Baclofen Pump Therapy (cont.)
In this Article
- Baclofen introduction
- How does Baclofen work?
- What are the side effects of Baclofen therapy?
- What is intrathecal Baclofen?
- What is the intrathecal Baclofen pump system?
- Who is a candidate for the intrathecal Baclofen pump
- What are the advantages of the Baclofen pump system?
- What are the disadvantages of the Baclofen pump system?
- How will my doctor know if the Baclofen pump system is right for me?
What Are the Disadvantages of the Baclofen Pump System?
There are certain risks that must be considered with any surgery. Risks include:
- An adverse reaction to anesthesia
- Bladder control can be altered, causing loss of urine unexpectedly
- Pump malfunction: If the pump malfunctions, it may deliver too much medicine at once. In that instance, you will develop symptoms such as drowsiness, dizziness, weakness, insomnia (difficulty falling and/or staying asleep), lightheadedness, nausea, constipation, vomiting, loose muscles, trouble with vision, coma, respiratory depression, seizures, dry mouth, double vision, decreased concentration, diarrhea, or delayed responsiveness. Should this occur, go to the nearest Emergency Department immediately. A doctor can give you a drug called physostigmine to counteract baclofen.
- Kinked catheter: If the catheter becomes "kinked," surgery may be necessary to replace the catheter.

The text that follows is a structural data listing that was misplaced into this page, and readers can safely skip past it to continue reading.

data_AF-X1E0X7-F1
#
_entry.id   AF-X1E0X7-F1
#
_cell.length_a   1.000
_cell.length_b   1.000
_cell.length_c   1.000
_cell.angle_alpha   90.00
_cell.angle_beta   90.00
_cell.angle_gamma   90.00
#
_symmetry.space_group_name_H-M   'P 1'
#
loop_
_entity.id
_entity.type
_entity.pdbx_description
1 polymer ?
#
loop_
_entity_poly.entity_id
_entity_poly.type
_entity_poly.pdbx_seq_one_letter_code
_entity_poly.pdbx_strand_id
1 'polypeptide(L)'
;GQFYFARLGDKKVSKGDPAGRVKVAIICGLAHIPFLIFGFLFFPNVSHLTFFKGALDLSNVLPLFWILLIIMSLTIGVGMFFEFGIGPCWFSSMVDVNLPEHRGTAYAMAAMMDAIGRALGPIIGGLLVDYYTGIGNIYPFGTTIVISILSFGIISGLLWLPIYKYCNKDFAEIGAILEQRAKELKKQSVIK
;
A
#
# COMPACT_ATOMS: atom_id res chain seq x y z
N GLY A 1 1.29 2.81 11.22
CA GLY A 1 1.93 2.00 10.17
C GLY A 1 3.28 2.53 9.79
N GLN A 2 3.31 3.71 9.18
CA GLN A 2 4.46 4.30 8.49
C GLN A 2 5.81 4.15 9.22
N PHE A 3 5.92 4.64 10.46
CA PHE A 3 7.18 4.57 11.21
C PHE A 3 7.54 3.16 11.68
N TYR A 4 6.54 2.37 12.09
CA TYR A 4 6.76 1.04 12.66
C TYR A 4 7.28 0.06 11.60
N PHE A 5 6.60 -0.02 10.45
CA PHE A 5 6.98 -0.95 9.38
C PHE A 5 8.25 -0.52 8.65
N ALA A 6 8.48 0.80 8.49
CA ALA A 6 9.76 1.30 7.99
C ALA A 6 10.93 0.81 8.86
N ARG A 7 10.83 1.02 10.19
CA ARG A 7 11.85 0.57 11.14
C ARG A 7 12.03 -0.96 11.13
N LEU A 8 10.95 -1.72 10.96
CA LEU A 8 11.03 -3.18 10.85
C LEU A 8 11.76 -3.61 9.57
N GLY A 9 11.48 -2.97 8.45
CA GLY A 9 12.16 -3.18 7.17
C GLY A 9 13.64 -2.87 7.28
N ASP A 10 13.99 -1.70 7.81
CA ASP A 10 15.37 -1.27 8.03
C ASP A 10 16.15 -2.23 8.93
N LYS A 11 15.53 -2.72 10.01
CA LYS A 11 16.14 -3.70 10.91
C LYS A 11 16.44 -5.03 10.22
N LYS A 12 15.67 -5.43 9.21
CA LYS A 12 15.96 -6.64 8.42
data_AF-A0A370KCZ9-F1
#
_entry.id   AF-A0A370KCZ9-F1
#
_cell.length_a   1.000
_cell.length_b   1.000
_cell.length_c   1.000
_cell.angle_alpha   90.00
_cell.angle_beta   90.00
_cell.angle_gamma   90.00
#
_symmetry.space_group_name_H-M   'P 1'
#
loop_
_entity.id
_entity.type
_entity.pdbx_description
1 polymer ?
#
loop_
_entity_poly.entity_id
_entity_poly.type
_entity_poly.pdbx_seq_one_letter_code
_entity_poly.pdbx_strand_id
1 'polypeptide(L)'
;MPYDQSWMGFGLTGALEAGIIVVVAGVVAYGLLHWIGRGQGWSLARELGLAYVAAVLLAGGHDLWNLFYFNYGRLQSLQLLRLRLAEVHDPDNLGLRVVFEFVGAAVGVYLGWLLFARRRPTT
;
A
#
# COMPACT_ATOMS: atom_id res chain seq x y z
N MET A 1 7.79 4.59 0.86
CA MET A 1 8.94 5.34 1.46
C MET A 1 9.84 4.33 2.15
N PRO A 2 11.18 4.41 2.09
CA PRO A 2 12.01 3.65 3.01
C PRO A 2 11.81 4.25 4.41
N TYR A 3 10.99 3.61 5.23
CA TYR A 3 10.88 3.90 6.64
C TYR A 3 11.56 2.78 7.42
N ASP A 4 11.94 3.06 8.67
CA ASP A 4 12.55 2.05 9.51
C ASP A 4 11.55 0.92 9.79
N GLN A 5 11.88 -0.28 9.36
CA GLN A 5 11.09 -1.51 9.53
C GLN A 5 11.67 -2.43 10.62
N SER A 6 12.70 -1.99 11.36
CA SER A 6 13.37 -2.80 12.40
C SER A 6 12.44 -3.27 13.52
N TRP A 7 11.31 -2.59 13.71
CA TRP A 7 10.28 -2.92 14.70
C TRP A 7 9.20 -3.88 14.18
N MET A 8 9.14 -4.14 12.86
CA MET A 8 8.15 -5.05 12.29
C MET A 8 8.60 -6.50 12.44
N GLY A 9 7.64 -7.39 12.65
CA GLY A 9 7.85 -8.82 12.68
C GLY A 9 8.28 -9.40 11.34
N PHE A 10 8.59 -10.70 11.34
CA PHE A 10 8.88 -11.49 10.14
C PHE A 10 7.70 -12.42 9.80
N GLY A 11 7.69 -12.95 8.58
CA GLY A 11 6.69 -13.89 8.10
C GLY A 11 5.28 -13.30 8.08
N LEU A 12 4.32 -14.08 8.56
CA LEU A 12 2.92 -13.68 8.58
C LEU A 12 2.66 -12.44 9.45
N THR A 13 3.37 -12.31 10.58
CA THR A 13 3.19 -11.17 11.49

How Will My Doctor Know If the Baclofen Pump System Is Right for Me?
If your treatment team recommends the baclofen pump system after your evaluation, you will have a trial of the therapy to test the potential effectiveness of the medication.
During the medication trial, baclofen is injected into the spinal canal (using a small needle) and the treatment team assesses its effectiveness over 2-4 hours. If your muscles don't relax during the first trial, a larger dose may be given on a later date to determine its effectiveness.
If you experience positive results with the intrathecal medication you can decide with your doctor and family members if you should have a baclofen pump system implanted during a surgical procedure.
Reviewed by the doctors at the Mellen Center for Multiple Sclerosis Research at The Cleveland Clinic.
Edited by Joseph R Carcione, DO, MBA on November 02, 2006
'Portions of this page © The Cleveland Clinic 2000-2004
Last Editorial Review: 11/2/2006
Get the latest treatment options.